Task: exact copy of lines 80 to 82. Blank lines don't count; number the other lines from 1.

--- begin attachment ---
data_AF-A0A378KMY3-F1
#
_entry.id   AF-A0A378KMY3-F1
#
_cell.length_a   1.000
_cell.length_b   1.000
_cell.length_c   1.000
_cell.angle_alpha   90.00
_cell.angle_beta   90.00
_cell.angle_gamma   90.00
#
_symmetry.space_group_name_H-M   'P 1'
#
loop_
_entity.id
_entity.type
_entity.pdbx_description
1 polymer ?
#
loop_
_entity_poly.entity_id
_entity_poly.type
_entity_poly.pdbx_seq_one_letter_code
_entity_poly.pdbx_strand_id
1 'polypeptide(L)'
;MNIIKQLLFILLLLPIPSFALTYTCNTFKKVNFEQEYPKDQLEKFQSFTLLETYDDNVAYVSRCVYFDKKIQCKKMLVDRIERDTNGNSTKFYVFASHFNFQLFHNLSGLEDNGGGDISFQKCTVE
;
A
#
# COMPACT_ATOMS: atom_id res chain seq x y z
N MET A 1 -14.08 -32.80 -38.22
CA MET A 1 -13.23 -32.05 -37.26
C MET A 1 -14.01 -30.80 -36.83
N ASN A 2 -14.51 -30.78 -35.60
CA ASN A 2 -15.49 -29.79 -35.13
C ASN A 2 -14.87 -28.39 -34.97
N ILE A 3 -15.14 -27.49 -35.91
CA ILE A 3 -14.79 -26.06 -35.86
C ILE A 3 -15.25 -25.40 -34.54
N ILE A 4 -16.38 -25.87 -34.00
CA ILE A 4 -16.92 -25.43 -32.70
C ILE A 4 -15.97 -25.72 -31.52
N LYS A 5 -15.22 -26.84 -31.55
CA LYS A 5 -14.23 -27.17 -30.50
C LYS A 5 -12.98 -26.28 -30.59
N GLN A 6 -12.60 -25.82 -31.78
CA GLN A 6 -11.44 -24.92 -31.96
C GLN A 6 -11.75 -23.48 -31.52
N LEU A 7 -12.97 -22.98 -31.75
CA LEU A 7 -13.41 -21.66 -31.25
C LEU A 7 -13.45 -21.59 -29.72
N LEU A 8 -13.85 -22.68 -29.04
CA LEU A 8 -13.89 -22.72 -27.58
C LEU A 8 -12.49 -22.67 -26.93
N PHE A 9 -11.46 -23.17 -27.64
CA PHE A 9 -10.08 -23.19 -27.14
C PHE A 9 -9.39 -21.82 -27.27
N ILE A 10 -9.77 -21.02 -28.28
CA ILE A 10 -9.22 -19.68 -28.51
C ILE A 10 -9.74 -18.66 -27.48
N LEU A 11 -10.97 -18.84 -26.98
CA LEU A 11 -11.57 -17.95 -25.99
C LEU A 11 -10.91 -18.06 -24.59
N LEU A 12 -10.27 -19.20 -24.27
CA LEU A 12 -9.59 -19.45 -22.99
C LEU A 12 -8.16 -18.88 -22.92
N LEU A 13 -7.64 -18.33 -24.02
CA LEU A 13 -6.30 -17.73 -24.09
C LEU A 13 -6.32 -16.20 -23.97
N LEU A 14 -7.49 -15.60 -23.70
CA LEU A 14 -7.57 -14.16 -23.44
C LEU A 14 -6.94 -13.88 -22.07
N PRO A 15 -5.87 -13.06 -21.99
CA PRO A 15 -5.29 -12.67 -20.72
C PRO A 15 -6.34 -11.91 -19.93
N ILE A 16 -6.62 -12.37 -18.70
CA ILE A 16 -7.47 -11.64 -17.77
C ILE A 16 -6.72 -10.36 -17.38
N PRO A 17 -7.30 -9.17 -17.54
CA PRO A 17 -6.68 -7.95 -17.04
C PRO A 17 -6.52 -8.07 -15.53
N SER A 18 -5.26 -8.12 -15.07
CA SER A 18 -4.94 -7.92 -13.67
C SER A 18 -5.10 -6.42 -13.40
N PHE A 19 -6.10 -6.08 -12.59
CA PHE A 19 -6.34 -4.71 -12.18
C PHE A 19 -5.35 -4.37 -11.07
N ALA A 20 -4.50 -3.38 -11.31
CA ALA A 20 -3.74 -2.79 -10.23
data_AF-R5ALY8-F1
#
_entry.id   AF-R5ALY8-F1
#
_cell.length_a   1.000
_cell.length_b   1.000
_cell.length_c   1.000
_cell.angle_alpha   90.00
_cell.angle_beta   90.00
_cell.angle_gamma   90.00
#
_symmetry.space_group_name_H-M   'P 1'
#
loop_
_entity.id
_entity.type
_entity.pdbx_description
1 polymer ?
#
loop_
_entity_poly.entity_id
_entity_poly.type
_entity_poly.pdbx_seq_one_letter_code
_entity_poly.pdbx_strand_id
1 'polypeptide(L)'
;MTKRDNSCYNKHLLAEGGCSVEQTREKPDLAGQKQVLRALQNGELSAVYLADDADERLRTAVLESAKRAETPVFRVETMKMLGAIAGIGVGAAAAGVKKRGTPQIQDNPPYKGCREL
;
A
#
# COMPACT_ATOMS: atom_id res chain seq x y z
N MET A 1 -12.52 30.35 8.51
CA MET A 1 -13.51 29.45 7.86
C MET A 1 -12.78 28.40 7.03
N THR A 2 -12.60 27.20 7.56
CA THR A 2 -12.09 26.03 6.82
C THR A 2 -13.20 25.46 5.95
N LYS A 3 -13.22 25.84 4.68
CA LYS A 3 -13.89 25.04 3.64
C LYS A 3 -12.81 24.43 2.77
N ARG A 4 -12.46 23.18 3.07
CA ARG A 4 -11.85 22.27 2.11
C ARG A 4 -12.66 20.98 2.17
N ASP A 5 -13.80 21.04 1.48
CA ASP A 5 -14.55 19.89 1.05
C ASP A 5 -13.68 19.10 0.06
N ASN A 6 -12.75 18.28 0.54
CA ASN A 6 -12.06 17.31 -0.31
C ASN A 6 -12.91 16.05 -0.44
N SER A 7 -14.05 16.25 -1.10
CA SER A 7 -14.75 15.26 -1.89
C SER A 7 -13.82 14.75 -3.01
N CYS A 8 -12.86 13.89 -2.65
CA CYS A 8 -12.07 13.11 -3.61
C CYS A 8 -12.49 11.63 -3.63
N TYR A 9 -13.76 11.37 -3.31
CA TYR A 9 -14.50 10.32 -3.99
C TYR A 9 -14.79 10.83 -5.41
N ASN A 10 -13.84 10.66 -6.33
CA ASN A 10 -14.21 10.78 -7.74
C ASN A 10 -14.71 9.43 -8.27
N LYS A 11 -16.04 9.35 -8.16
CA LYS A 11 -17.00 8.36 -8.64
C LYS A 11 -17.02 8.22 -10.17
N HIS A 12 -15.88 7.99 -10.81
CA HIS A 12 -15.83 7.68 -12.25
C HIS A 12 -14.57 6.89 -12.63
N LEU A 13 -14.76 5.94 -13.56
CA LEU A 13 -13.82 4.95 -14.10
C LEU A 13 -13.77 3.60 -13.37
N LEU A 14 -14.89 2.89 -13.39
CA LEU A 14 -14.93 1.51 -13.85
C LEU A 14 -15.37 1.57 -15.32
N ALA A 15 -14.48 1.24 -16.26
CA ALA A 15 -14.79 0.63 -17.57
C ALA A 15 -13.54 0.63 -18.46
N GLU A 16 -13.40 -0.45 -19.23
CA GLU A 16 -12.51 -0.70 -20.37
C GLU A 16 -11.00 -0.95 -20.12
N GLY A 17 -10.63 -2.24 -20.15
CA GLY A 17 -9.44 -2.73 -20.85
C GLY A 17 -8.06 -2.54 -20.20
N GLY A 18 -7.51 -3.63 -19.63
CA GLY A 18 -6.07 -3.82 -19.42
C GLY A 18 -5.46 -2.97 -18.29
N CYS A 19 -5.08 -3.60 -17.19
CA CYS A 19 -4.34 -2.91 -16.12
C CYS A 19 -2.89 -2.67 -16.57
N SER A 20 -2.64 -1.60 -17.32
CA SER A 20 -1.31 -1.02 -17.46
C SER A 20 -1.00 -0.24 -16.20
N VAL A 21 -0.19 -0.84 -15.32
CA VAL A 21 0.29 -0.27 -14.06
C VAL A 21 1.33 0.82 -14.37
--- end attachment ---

CA PRO A 17 -6.68 -7.95 -17.04
C PRO A 17 -6.52 -8.07 -15.53
N SER A 18 -5.26 -8.12 -15.07